Putin claimed that any negotiation process is an “attempt to encourage [Russia] to abandon gains [it] has made in the past year and a half” and that this is “impossible.” The Kremlin appears to lack a consistent framing for current Russian offensive operations to present to the Russian public, despite the fact that Putin appears to be – at times – using his role as Commander-in-Chief of the Russian military as part of his election campaign.

Putin declared that Russian forces “completely” have the initiative in Ukraine following a failed Ukrainian counteroffensive. This is a notable departure from Putin‘s claim on December 14, 2023, that almost all Russian forces are in “the active stage of action” and from Russian Defense Minister Sergei Shoigu’s previous characterization of Russian offensive operations in Ukraine as an “active defense.” ISW continues to assess that Russian forces have regained the initiative throughout most of the Ukrainian theater but have not seized the battlefield initiative in Kherson Oblast.


War Heroes


Defender Aleksan Amirdzhanian died on August 13, 2023, near the village of Klishchiivka in Donetsk Oblast. While performing his duties, he suffered a fatal explosive injury. The defender died four days short of his 34th birthday.

Aleksan was born in Yerevan, the capital of Armenia. At the age of 4, he moved to Ukraine with his family. He grew up in the village of Lipove, Poltava Oblast. He graduated from school and a mining academy in the town of Sviatylivka. After his military service, he worked as a truck driver at a mining company. In recent years, he lived with his family in Hlobyne, Poltava Oblast. He worked as a trucker.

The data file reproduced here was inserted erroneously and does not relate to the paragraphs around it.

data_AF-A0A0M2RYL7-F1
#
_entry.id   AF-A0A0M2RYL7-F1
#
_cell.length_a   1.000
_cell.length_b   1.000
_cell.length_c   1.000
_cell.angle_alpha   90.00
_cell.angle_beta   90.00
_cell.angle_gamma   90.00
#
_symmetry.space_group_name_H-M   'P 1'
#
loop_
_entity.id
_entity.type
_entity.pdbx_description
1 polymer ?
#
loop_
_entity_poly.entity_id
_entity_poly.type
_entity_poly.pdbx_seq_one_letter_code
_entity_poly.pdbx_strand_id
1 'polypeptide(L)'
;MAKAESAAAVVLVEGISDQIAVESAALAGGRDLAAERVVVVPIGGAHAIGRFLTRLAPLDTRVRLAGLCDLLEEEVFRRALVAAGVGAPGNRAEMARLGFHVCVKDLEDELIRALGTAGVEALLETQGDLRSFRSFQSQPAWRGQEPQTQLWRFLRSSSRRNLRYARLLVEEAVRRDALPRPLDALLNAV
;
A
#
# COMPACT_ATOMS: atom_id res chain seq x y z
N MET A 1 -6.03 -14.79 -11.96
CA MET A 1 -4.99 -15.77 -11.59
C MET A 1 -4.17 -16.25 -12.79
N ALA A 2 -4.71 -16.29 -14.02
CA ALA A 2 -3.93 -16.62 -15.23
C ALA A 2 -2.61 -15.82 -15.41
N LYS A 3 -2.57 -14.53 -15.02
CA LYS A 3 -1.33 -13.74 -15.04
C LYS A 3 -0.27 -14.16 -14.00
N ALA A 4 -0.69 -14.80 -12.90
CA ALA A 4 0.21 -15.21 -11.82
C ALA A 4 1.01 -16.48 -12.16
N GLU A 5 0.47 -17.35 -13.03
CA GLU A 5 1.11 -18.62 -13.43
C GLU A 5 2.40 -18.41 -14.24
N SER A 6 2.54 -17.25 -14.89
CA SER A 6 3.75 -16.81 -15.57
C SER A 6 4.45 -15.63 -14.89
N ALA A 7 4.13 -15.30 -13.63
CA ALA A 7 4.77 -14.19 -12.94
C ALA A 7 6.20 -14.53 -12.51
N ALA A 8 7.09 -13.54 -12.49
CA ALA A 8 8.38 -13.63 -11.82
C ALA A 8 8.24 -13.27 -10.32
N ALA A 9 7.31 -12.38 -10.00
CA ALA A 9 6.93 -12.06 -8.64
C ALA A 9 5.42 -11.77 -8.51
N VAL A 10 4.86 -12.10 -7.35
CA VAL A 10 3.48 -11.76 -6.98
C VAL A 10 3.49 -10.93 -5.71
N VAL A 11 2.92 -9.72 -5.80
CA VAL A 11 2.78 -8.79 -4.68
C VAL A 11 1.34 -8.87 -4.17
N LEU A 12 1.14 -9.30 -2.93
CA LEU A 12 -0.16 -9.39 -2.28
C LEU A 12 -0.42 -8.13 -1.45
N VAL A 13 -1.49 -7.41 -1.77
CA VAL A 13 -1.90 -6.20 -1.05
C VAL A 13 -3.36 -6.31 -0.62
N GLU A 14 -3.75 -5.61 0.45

When the full-scale war broke out, the man was abroad at work. On February 27, 2022, Aleksan returned home and went to the military registration and enlistment office. At first, he served in the 107th Rocket Artillery Brigade. In March 2023, he transferred to the 5th Separate Assault Brigade.

His older brother, Hrant Amirdzhanian, died on February 26, 2023, in Bakhmut, Donetsk Oblast.

“After his brother’s death, he could have been demobilized, but he returned to service to take revenge on the enemy. Aleksan was responsible, modest, polite, attentive, and ready to help at any time. This is how we should remember him!” the Hradyha community said.

“Aleksan sincerely believed in victory and made every effort to achieve it. He was a very responsible, reliable and decent person, he was never indifferent to the grief of others,” added Oksana Reder, a family friend.

“My husband had a chance to resign from the service for health reasons, as he had received numerous contusions while on the front line for four months, but, until his last breath, he did not leave his fellow fighters, always saying: “Who else but us?”. All of my husband’s fighers-in-arms will confirm that he was a brave, experienced and strong warrior, a very responsible, reliable, loyal and worthy comrade, never indifferent to the grief of others and always fighting for justice,” wrote Iryna Amirdzhanian.

The defender was buried in Poltava Oblast. Aleksan is survived by his wife, daughter, and parents, who lost both sons in the war.

*Aleksan’s story on the Heroes Memorial – a platform for stories about the fallen defenders of Ukraine.